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(199 U. S. 48) them to taxation, while their competitors, PEOPLE OF THE STATE OF NEW YORK operating under the surfaces of many of the ed rel. BROOKLYN CITY RAILROAD same streets, are to be exempted."
COMPANY, Piff. in Err., The first specification is answered by the conclusion that we have reached in respect STATE BOARD OF TAX COMMISSIONto the claim of an impairment of contract
ERS. obligations; for if there was no such impairment, the fact that the companies have
Contracts-exemption from taxation-validescaped the burden for these many years is
ity of tax on special franchises-due prootheir good fortune, and in no manner dis
ess of law in valuation. charges them from the ordinary burdens of taxation which the present law imposes.
1. With respect to the second, it may be ob
The contract arrangement for the payment
to a municipality of a license fee on each served that the lump sum is so obviously a
street car, modified as to the amount of such payment for the franchise that it cannot be
fees under the authority of a statute acconsidered in any just sense as possessing cepted by the street railway company, statthe nature of a tax. It is not even rental.
ing that such fees should be taken "in full
satisfaction for the use of the streets or It is like money paid for a tract of land,
avenues,” does not exempt the company from part of the purchase price. It does not, like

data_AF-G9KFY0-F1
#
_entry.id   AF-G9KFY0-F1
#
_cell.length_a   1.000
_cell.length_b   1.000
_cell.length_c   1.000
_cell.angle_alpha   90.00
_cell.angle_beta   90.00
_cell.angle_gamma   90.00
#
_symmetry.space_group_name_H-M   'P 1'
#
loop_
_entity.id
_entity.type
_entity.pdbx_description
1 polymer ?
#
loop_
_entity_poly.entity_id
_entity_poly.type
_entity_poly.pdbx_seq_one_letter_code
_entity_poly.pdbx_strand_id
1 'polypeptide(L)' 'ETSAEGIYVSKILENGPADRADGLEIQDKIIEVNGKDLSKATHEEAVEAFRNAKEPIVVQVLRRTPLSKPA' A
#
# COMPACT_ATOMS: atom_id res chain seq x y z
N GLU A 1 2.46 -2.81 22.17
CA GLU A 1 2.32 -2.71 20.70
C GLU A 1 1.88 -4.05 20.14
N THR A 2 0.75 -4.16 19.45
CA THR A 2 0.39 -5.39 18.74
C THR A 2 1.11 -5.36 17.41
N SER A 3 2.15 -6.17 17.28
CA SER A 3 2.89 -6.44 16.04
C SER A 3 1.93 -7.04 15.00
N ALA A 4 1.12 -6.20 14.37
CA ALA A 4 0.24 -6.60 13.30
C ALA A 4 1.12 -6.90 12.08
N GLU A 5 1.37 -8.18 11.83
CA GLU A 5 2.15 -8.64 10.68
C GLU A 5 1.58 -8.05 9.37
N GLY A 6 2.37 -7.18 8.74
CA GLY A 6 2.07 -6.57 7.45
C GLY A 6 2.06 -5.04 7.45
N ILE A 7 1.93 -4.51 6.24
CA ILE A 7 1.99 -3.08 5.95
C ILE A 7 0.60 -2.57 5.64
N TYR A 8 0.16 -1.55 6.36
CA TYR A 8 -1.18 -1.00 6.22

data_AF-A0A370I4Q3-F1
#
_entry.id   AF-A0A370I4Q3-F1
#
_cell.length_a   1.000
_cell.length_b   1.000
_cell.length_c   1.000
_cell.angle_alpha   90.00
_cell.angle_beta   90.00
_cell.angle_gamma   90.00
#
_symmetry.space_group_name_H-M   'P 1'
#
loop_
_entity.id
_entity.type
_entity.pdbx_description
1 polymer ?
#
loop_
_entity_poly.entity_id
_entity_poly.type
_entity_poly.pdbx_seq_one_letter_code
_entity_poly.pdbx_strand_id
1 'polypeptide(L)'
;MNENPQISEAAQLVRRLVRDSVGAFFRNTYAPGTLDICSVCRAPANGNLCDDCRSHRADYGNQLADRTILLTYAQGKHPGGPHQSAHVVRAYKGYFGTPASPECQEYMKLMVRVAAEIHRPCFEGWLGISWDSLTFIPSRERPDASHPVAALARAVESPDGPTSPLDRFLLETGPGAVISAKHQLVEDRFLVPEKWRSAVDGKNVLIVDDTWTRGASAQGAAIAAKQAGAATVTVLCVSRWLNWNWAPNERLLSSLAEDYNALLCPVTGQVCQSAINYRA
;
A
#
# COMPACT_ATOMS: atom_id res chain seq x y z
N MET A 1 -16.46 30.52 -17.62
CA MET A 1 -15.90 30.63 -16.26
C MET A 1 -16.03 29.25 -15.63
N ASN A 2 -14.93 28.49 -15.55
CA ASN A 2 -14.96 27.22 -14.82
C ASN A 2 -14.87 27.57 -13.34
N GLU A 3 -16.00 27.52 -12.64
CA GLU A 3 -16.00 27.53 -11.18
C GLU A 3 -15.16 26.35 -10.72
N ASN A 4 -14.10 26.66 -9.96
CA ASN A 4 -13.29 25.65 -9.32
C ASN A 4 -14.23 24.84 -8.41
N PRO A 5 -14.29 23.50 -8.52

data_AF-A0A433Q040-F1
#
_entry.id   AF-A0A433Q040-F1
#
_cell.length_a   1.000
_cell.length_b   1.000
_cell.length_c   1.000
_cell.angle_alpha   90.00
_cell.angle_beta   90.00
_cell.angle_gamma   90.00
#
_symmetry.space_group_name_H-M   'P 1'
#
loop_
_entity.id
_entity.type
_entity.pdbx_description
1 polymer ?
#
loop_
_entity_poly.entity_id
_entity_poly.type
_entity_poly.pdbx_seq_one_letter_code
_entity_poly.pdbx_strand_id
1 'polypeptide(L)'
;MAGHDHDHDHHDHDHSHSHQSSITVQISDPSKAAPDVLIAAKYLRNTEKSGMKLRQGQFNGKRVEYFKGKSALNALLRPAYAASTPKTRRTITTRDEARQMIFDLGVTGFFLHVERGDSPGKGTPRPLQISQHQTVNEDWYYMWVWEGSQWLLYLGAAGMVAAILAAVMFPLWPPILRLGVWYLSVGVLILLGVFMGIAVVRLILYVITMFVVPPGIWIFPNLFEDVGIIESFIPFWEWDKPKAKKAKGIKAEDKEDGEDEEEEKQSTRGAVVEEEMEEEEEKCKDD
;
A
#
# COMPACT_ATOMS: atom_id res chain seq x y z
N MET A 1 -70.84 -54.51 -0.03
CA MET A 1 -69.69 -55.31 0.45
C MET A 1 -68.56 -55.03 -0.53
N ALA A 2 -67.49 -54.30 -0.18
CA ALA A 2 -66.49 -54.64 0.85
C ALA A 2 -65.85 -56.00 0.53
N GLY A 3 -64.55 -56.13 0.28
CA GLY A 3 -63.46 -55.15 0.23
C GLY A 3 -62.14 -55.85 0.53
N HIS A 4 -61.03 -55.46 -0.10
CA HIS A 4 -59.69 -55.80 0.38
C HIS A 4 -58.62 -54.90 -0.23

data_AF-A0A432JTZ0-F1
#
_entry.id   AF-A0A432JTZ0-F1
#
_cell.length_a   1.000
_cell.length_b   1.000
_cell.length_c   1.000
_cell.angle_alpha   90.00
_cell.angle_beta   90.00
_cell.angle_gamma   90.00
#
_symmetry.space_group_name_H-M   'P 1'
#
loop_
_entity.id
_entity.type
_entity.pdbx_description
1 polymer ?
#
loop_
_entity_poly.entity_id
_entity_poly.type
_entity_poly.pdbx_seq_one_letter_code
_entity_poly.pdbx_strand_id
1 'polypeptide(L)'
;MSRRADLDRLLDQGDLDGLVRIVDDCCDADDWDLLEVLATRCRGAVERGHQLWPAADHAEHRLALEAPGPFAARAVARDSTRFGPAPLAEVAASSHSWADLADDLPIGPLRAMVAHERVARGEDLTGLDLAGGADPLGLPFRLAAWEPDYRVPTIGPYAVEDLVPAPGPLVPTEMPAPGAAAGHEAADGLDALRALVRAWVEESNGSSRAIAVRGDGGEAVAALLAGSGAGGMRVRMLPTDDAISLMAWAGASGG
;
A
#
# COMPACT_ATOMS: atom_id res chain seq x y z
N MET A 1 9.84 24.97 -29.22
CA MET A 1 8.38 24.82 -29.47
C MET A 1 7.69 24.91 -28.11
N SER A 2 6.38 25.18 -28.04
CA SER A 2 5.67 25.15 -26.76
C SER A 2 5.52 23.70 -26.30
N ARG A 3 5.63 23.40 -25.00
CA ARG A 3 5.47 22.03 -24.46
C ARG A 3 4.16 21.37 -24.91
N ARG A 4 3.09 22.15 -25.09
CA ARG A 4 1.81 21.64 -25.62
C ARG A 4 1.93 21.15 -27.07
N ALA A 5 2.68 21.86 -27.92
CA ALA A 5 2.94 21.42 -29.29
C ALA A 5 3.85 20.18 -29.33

the tax imposed, under N. Y. Laws 1899, a percentage of the gross receipts, vary with chap. 712, on its franchise. the changes of business, has no resemblance 2. A street railway company cannot claim to to a continuing discharge of the obligation have been denied due process of law in the which property is under for contribution to
valuation of its franchise for the purpose of
the special franchise tax imposed by N. Y. the support of the government. Further,
Laws 1899, chap. 712, on the theory that it this whole matter of allowing a reduction
was ascertained by speculation and guesson account of that which is spoken of as "in work, where such valuation is required to be the nature of a tax," is a matter of grace on maile by the state board of tax commisthe part of the legislature. The franchises sioners, to which the owner of the franchise
is required to furnish a written report, and granted were, as we have held, subject to
notice and hearing are accorded such owner, taxation, and the fact that, upon equitable
and a review of the assessment by certiorari considerations, the state has consented that Is afforded. a certain reduction shall, in some cases, be made, does not entitle every holder of a
[No. 79.] franchise to a like reduction. It is akin to an exemption, and there is nothing in the Federal Constitution to prevent a state from Argued April 17, 18, 19, 1905. Decided May
29, 1905. granting exemptions from taxation. Bell's Gap R. Co. v. Pennsylvania, 134 U. S. 232, 33 L. ed. 892, 10 Sup. Ct. Rep. 533. IN
N ERROR to the Supreme Court of the With regard to the third contention, it
State of New York to review a judgment may be said that there is a difference be sustaining an assessment of a street railway tween surface and subsurface street rail-franchise, entered pursuant to the mandate roads sufficient to justify a diversity in the of the Court of Appeals of that state, which mode and extent of taxation. In Savannah,